It is the single largest item in the bonding bill. It is controversial by nature, considered suspect by many legal scholars and criminal behaviorists, and it will likely secure the infrastructure of a permanent and exponentially more expensive government function into perpetuity. Yet it will likely be approved without rigorous debate because politicians never want to see campaign ads saying they are soft on perverts.
Pawlenty wants an $89 million expansion of the facility for sex offenders at Moose Lake, which holds predators we think will re-offend. Public officials might air doubts about civil commitments privately, but they also know it is impossible to offer a nuanced response to a "soft-on-sex-offender" tag.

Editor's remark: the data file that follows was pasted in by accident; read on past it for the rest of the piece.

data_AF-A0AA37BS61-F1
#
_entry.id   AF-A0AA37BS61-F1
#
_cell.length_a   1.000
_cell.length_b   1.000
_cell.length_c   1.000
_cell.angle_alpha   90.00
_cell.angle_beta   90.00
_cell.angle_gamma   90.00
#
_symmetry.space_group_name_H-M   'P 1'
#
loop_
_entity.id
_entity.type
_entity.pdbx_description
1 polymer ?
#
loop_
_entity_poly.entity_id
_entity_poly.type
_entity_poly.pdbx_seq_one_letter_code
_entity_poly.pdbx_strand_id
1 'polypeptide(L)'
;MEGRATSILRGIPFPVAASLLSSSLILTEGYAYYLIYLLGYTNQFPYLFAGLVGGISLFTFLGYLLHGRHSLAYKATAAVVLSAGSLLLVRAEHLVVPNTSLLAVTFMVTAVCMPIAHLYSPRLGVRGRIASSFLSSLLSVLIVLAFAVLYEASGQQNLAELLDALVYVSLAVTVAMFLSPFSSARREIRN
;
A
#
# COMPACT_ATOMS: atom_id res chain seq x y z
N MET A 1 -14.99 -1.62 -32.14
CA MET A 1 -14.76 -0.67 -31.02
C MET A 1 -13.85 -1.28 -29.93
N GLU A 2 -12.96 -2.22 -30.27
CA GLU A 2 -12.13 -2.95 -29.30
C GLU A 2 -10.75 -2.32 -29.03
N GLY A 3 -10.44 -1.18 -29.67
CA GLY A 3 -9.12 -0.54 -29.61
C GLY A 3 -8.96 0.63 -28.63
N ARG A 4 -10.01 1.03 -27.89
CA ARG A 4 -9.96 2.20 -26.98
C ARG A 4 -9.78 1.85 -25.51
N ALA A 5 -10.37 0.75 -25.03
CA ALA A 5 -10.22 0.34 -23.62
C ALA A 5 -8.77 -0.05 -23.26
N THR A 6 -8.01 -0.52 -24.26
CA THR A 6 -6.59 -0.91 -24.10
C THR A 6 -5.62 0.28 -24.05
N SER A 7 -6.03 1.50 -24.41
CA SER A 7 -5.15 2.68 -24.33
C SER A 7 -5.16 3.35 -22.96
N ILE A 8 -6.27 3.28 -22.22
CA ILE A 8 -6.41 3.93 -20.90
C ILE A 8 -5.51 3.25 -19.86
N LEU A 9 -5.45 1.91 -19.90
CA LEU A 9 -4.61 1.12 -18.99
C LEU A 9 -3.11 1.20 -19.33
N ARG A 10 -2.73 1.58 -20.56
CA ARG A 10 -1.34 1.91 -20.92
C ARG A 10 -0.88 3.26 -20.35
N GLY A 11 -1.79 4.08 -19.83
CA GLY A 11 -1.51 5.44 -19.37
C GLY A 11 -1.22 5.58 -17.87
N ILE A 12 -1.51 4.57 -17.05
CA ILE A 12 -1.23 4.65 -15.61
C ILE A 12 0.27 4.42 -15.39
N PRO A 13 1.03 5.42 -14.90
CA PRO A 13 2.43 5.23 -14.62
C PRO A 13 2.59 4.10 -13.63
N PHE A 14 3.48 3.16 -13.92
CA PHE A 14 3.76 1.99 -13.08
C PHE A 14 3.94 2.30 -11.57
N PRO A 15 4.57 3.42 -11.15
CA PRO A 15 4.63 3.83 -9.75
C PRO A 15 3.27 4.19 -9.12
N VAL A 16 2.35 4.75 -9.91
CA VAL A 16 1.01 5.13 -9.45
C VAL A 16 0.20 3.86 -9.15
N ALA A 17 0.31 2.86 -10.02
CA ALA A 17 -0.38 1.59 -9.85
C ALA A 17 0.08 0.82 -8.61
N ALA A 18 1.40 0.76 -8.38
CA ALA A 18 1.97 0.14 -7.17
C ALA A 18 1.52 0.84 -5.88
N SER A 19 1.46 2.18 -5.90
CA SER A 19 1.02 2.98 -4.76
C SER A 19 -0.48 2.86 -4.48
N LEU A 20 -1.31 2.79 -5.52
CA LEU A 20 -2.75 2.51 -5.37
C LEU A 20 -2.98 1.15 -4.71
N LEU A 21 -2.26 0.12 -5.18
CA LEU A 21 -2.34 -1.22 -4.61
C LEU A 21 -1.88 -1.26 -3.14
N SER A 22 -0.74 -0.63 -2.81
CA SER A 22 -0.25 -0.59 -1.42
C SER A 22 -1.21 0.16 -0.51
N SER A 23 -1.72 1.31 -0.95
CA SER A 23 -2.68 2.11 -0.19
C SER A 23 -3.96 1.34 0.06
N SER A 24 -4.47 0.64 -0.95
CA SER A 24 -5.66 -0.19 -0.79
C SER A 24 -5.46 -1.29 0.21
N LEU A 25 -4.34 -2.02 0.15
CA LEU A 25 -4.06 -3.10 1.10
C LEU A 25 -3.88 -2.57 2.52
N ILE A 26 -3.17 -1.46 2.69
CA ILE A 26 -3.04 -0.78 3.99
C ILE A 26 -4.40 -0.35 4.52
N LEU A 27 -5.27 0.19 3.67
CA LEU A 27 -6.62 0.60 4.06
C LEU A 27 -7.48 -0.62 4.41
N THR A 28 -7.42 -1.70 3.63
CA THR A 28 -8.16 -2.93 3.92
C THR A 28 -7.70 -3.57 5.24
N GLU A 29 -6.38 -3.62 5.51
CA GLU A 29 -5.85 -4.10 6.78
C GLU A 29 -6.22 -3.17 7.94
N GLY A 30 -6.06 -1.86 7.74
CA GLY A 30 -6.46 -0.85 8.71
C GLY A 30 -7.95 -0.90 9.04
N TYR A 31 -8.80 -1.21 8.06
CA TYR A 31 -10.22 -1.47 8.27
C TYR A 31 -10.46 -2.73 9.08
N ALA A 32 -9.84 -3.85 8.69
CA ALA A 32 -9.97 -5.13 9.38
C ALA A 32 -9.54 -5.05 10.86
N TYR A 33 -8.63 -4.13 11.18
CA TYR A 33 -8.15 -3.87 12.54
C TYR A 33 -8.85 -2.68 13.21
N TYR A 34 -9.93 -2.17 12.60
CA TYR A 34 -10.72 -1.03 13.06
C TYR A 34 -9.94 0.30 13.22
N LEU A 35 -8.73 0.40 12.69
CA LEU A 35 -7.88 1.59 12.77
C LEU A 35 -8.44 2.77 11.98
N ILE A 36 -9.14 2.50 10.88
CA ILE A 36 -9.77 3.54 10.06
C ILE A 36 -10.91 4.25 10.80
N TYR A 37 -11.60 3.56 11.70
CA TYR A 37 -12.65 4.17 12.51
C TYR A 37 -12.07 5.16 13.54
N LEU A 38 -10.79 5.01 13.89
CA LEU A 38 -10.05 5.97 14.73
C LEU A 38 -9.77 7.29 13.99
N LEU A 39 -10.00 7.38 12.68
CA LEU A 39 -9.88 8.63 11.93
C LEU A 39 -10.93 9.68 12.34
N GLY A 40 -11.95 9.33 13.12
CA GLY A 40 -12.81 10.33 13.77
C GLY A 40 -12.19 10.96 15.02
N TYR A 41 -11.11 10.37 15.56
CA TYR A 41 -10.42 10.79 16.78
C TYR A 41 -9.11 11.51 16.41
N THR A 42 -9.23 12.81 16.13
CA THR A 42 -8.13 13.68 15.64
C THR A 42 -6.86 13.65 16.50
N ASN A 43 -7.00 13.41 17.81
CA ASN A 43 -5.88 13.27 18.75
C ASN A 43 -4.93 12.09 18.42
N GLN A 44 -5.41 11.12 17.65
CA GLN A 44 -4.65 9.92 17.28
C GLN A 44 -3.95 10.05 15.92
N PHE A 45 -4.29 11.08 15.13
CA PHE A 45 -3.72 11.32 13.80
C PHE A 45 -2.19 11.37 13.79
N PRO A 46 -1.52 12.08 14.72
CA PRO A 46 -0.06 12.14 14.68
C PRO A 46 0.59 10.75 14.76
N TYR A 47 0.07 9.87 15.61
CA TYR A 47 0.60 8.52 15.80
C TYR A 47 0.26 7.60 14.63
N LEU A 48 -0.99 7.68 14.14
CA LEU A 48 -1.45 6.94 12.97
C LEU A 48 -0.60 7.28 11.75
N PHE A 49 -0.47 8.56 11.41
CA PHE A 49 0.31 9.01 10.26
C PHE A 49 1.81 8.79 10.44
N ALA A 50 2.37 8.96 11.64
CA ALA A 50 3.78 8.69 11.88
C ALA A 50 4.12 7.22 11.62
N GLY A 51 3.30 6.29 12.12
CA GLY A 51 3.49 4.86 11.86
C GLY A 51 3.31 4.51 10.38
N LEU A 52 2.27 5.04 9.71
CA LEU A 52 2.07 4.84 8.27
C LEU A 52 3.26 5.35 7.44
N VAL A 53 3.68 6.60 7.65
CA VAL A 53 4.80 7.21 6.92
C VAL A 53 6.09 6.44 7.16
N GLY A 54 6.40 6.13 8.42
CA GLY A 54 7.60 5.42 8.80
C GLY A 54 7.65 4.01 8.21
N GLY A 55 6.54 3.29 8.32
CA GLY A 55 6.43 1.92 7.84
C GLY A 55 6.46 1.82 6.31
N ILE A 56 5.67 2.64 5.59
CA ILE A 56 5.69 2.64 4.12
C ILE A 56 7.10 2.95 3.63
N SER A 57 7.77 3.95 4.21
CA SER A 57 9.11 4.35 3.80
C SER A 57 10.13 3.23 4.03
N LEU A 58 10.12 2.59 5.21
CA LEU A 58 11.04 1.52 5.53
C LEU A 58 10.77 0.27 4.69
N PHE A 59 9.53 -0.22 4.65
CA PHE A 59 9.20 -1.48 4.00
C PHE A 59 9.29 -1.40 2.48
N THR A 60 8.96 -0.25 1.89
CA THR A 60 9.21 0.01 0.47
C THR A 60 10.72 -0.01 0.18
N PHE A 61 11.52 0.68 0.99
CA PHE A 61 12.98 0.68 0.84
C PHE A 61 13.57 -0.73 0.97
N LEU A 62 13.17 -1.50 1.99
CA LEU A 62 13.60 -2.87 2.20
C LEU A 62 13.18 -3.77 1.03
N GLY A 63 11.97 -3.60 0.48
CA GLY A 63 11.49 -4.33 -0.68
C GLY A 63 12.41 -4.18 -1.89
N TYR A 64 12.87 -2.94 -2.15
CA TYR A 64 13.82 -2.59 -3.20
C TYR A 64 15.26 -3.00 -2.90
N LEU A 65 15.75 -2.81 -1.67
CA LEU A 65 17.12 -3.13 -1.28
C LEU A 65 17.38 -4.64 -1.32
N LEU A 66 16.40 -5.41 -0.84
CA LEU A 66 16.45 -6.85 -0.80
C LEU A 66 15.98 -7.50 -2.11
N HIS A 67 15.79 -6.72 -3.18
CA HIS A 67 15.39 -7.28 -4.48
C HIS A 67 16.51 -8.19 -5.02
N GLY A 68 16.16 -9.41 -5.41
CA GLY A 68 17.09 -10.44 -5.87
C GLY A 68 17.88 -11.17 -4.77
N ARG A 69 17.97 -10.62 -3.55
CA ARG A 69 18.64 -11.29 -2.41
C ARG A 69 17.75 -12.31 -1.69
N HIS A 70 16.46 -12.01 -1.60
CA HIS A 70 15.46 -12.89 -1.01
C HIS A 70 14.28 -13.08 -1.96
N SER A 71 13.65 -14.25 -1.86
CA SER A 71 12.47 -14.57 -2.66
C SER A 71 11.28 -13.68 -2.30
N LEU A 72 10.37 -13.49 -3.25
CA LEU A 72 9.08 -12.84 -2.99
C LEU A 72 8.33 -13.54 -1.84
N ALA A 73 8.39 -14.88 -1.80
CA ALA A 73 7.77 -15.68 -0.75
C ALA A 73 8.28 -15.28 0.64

The Moose Lake facility was briefly a bargaining chip in the bonding bill. But it's more significant for the reasons Tevlin notes. It institutionalizes a long-term expense — call it a reverse entitlement if you like — by building a dedicated facility to hold sex offenders after their sentences are completed. And it perpetuates the constitutionally dubious practice of punishing people for crimes they might commit in the future.
No matter whether this works or is even right, building the detention facility means the policy is likely to continue. And people got more exercised over the cost of a few flat screen TVs at the current Moose Lake facility.
And conceal and carry advocates should love this one. A driver with a carry permit uses his loaded handgun to stop another driver from honking and flashing lights at him.
I wonder how he'd answer the survey question about using his weapon to foil a crime?
However, he's the one who got arrested.